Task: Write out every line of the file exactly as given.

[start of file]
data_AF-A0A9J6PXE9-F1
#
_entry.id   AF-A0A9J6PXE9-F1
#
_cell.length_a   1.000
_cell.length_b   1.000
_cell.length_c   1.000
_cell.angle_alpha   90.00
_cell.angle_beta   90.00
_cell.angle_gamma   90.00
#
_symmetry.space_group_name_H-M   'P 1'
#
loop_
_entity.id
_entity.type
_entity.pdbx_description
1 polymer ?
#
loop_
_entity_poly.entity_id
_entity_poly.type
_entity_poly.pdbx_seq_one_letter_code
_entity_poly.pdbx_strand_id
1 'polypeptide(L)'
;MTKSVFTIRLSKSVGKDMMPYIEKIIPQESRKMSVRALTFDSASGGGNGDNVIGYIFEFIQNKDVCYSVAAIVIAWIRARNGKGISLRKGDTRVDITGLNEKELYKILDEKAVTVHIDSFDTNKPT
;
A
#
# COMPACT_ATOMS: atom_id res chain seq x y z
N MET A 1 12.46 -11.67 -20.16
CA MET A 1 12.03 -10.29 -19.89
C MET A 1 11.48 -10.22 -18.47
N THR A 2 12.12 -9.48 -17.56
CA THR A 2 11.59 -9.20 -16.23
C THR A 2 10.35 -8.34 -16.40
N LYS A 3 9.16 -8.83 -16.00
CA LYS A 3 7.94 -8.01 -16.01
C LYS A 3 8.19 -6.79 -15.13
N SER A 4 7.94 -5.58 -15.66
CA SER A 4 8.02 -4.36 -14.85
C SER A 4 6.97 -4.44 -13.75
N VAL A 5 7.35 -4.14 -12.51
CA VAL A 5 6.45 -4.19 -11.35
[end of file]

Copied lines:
data_AF-A0A9J6PXE9-F1
#
_entry.id   AF-A0A9J6PXE9-F1
#
_cell.length_a   1.000
_cell.length_b   1.000
_cell.length_c   1.000
_cell.angle_alpha   90.00
_cell.angle_beta   90.00
_cell.angle_gamma   90.00
#
_symmetry.space_group_name_H-M   'P 1'
#
loop_
_entity.id
_entity.type
_entity.pdbx_description
1 polymer ?
#
loop_
_entity_poly.entity_id
_entity_poly.type
_entity_poly.pdbx_seq_one_letter_code
_entity_poly.pdbx_strand_id
1 'polypeptide(L)'
;MTKSVFTIRLSKSVGKDMMPYIEKIIPQESRKMSVRALTFDSASGGGNGDNVIGYIFEFIQNKDVCYSVAAIVIAWIRARNGKGISLRKGDTRVDITGLNEKELYKILDEKAVTVHIDSFDTNKPT
;
A
#
# COMPACT_ATOMS: atom_id res chain seq x y z
N MET A 1 12.46 -11.67 -20.16
CA MET A 1 12.03 -10.29 -19.89
C MET A 1 11.48 -10.22 -18.47
N THR A 2 12.12 -9.48 -17.56
CA THR A 2 11.59 -9.20 -16.23
C THR A 2 10.35 -8.34 -16.40
N LYS A 3 9.16 -8.83 -16.00
CA LYS A 3 7.94 -8.01 -16.01
C LYS A 3 8.19 -6.79 -15.13
N SER A 4 7.94 -5.58 -15.66
CA SER A 4 8.02 -4.36 -14.85
C SER A 4 6.97 -4.44 -13.75
N VAL A 5 7.35 -4.14 -12.51
CA VAL A 5 6.45 -4.19 -11.35